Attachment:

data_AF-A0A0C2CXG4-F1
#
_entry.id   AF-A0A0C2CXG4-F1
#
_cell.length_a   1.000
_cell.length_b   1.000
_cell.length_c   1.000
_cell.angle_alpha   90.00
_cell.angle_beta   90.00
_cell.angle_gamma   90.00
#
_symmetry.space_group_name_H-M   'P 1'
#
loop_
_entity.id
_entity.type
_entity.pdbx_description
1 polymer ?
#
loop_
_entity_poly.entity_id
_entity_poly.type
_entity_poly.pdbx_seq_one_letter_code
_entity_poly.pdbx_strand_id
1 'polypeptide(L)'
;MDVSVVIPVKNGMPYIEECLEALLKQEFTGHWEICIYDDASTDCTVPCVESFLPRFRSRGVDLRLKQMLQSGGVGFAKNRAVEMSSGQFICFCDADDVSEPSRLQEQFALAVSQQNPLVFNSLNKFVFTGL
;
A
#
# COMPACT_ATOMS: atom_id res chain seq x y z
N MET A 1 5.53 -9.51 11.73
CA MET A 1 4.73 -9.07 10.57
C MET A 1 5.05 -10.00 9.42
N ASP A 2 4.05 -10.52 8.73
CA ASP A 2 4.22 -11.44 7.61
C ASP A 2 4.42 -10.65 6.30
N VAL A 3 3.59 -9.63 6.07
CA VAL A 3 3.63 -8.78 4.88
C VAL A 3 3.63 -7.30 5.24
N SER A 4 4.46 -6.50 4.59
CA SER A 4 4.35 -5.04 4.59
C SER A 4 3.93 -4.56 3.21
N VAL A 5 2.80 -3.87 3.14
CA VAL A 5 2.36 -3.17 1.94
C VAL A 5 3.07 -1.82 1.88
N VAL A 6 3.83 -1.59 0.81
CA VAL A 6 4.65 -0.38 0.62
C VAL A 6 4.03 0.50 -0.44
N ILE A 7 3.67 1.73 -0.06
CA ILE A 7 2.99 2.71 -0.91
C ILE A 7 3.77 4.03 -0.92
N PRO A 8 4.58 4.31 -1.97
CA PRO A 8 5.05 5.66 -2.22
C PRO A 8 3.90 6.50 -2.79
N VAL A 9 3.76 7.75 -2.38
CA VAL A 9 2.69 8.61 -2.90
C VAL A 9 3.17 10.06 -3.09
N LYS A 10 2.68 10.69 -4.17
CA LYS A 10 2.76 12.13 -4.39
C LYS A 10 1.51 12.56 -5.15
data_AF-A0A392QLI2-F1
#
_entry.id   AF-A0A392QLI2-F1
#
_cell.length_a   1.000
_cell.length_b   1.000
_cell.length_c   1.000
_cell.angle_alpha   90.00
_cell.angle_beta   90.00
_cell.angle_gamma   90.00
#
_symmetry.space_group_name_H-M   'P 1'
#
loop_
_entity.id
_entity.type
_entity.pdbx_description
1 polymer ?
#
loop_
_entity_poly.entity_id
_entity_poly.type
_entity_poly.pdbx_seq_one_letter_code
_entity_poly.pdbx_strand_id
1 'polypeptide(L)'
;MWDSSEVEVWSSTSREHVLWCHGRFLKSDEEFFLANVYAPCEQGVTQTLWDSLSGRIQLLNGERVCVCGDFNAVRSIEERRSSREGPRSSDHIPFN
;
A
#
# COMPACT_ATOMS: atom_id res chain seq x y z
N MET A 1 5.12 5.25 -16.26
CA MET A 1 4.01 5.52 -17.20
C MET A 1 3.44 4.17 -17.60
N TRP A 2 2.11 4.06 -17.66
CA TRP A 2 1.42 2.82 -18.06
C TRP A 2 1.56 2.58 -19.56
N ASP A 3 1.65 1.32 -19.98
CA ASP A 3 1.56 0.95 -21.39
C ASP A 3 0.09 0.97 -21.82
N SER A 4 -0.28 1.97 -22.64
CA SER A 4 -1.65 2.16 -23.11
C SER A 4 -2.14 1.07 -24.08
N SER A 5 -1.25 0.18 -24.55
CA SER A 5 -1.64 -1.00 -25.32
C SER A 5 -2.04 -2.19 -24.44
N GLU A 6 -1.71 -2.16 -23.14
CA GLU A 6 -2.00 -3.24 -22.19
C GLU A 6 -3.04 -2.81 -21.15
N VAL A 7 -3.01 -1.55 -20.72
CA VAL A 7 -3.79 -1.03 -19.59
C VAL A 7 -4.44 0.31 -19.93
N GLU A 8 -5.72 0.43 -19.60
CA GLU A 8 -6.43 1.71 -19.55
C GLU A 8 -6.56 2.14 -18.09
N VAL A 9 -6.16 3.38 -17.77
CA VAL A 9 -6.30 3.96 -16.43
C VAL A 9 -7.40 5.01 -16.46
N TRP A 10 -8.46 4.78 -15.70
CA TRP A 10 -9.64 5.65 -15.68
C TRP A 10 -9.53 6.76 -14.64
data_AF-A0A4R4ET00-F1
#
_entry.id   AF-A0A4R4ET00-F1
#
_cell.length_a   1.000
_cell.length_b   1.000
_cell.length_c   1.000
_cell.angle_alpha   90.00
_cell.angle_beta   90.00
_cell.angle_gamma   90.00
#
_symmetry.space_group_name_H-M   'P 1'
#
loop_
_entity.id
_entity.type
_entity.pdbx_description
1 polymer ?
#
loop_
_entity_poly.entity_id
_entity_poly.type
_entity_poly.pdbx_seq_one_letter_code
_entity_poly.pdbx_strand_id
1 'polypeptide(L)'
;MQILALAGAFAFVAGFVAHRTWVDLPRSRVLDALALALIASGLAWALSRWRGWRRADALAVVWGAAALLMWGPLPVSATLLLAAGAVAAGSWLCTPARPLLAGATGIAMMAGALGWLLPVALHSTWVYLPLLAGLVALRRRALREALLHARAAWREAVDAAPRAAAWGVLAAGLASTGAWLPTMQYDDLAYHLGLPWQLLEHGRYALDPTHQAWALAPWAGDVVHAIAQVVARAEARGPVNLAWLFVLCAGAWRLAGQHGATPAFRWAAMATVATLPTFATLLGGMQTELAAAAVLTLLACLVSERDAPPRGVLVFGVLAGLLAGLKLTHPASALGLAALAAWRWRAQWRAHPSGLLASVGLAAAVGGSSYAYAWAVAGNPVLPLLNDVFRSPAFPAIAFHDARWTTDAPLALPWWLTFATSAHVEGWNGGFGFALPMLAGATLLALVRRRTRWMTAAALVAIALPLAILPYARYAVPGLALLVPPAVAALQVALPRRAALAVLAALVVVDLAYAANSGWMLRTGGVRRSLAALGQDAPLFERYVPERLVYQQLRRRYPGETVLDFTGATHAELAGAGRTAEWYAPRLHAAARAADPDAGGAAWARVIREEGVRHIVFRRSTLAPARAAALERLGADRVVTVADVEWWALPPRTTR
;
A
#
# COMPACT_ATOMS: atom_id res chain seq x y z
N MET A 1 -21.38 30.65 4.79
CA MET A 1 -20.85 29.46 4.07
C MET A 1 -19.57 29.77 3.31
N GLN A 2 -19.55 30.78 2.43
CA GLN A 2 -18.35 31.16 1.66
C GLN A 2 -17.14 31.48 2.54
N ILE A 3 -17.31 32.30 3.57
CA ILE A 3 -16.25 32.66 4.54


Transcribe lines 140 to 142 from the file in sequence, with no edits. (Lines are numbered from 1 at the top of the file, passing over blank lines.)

loop_
_entity_poly.entity_id
_entity_poly.type